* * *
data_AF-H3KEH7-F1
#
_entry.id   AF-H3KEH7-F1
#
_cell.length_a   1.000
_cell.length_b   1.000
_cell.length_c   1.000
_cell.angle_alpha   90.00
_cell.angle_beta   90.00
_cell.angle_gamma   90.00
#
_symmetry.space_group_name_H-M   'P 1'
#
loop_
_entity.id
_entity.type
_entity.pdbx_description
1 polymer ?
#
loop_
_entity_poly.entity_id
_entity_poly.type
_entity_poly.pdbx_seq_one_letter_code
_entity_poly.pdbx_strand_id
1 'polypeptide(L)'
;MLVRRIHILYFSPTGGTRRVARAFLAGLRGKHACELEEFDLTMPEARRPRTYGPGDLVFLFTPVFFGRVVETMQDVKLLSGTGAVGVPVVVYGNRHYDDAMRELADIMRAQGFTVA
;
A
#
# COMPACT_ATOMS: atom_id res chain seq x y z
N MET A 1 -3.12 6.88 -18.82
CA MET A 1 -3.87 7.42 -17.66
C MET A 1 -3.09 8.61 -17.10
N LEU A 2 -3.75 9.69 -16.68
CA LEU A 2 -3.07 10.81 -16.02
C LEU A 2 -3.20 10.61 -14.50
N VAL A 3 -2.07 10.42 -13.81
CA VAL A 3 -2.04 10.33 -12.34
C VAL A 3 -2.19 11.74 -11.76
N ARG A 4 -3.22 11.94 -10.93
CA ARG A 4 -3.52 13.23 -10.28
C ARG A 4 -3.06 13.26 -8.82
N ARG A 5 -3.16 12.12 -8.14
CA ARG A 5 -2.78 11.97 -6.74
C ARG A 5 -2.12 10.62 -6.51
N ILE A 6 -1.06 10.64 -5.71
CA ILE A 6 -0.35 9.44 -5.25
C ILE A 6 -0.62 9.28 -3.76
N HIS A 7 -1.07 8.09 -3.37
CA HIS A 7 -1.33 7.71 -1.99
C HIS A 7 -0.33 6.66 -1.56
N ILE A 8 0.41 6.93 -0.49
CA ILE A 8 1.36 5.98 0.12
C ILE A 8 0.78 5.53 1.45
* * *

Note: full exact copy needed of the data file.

data_AF-H3KEH7-F1
#
_entry.id   AF-H3KEH7-F1
#
_cell.length_a   1.000
_cell.length_b   1.000
_cell.length_c   1.000
_cell.angle_alpha   90.00
_cell.angle_beta   90.00
_cell.angle_gamma   90.00
#
_symmetry.space_group_name_H-M   'P 1'
#
loop_
_entity.id
_entity.type
_entity.pdbx_description
1 polymer ?
#
loop_
_entity_poly.entity_id
_entity_poly.type
_entity_poly.pdbx_seq_one_letter_code
_entity_poly.pdbx_strand_id
1 'polypeptide(L)'
;MLVRRIHILYFSPTGGTRRVARAFLAGLRGKHACELEEFDLTMPEARRPRTYGPGDLVFLFTPVFFGRVVETMQDVKLLSGTGAVGVPVVVYGNRHYDDAMRELADIMRAQGFTVA
;
A
#
# COMPACT_ATOMS: atom_id res chain seq x y z
N MET A 1 -3.12 6.88 -18.82
CA MET A 1 -3.87 7.42 -17.66
C MET A 1 -3.09 8.61 -17.10
N LEU A 2 -3.75 9.69 -16.68
CA LEU A 2 -3.07 10.81 -16.02
C LEU A 2 -3.20 10.61 -14.50
N VAL A 3 -2.07 10.42 -13.81
CA VAL A 3 -2.04 10.33 -12.34
C VAL A 3 -2.19 11.74 -11.76
N ARG A 4 -3.22 11.94 -10.93
CA ARG A 4 -3.52 13.23 -10.28
C ARG A 4 -3.06 13.26 -8.82
N ARG A 5 -3.16 12.12 -8.14
CA ARG A 5 -2.78 11.97 -6.74
C ARG A 5 -2.12 10.62 -6.51
N ILE A 6 -1.06 10.64 -5.71
CA ILE A 6 -0.35 9.44 -5.25
C ILE A 6 -0.62 9.28 -3.76
N HIS A 7 -1.07 8.09 -3.37
CA HIS A 7 -1.33 7.71 -1.99
C HIS A 7 -0.33 6.66 -1.56
N ILE A 8 0.41 6.93 -0.49
CA ILE A 8 1.36 5.98 0.12
C ILE A 8 0.78 5.53 1.45